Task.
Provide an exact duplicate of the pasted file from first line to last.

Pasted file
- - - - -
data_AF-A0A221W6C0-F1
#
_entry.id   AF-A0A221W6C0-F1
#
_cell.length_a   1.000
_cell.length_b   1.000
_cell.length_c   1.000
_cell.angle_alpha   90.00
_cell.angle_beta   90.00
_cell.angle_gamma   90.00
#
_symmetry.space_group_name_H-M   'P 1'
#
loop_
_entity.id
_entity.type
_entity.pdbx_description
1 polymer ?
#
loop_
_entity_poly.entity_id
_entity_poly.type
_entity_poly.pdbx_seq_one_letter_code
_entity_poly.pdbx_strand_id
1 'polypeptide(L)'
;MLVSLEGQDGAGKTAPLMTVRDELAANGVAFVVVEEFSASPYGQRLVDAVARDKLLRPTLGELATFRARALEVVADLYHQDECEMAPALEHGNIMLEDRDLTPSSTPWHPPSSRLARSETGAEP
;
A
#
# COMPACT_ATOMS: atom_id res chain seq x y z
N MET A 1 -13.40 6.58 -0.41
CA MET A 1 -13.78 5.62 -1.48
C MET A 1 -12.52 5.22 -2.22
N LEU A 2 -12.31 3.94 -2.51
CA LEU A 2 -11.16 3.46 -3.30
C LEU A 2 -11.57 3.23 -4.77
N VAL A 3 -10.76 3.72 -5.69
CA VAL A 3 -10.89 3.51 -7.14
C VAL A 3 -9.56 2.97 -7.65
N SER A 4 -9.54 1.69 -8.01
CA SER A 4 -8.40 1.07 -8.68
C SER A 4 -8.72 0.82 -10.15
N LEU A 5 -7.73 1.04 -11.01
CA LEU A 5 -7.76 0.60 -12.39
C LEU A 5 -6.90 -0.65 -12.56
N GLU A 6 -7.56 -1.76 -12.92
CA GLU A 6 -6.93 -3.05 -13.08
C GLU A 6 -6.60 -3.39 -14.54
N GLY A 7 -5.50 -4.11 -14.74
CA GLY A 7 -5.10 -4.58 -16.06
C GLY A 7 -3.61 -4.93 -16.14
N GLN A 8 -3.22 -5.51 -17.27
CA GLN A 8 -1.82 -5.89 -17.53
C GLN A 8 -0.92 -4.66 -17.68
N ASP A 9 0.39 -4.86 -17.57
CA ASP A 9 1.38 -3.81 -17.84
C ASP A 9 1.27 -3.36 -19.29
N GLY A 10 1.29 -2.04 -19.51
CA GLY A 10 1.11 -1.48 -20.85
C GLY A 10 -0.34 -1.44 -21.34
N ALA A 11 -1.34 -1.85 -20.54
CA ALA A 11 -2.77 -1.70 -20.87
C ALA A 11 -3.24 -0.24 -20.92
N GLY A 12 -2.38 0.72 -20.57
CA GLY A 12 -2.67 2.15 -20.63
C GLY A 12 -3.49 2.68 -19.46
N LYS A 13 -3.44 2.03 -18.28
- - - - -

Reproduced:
data_AF-A0A221W6C0-F1
#
_entry.id   AF-A0A221W6C0-F1
#
_cell.length_a   1.000
_cell.length_b   1.000
_cell.length_c   1.000
_cell.angle_alpha   90.00
_cell.angle_beta   90.00
_cell.angle_gamma   90.00
#
_symmetry.space_group_name_H-M   'P 1'
#
loop_
_entity.id
_entity.type
_entity.pdbx_description
1 polymer ?
#
loop_
_entity_poly.entity_id
_entity_poly.type
_entity_poly.pdbx_seq_one_letter_code
_entity_poly.pdbx_strand_id
1 'polypeptide(L)'
;MLVSLEGQDGAGKTAPLMTVRDELAANGVAFVVVEEFSASPYGQRLVDAVARDKLLRPTLGELATFRARALEVVADLYHQDECEMAPALEHGNIMLEDRDLTPSSTPWHPPSSRLARSETGAEP
;
A
#
# COMPACT_ATOMS: atom_id res chain seq x y z
N MET A 1 -13.40 6.58 -0.41
CA MET A 1 -13.78 5.62 -1.48
C MET A 1 -12.52 5.22 -2.22
N LEU A 2 -12.31 3.94 -2.51
CA LEU A 2 -11.16 3.46 -3.30
C LEU A 2 -11.57 3.23 -4.77
N VAL A 3 -10.76 3.72 -5.69
CA VAL A 3 -10.89 3.51 -7.14
C VAL A 3 -9.56 2.97 -7.65
N SER A 4 -9.54 1.69 -8.01
CA SER A 4 -8.40 1.07 -8.68
C SER A 4 -8.72 0.82 -10.15
N LEU A 5 -7.73 1.04 -11.01
CA LEU A 5 -7.76 0.60 -12.39
C LEU A 5 -6.90 -0.65 -12.56
N GLU A 6 -7.56 -1.76 -12.92
CA GLU A 6 -6.93 -3.05 -13.08
C GLU A 6 -6.60 -3.39 -14.54
N GLY A 7 -5.50 -4.11 -14.74
CA GLY A 7 -5.10 -4.58 -16.06
C GLY A 7 -3.61 -4.93 -16.14
N GLN A 8 -3.22 -5.51 -17.27
CA GLN A 8 -1.82 -5.89 -17.53
C GLN A 8 -0.92 -4.66 -17.68
N ASP A 9 0.39 -4.86 -17.57
CA ASP A 9 1.38 -3.81 -17.84
C ASP A 9 1.27 -3.36 -19.29
N GLY A 10 1.29 -2.04 -19.51
CA GLY A 10 1.11 -1.48 -20.85
C GLY A 10 -0.34 -1.44 -21.34
N ALA A 11 -1.34 -1.85 -20.54
CA ALA A 11 -2.77 -1.70 -20.87
C ALA A 11 -3.24 -0.24 -20.92
N GLY A 12 -2.38 0.72 -20.57
CA GLY A 12 -2.67 2.15 -20.63
C GLY A 12 -3.49 2.68 -19.46
N LYS A 13 -3.44 2.03 -18.28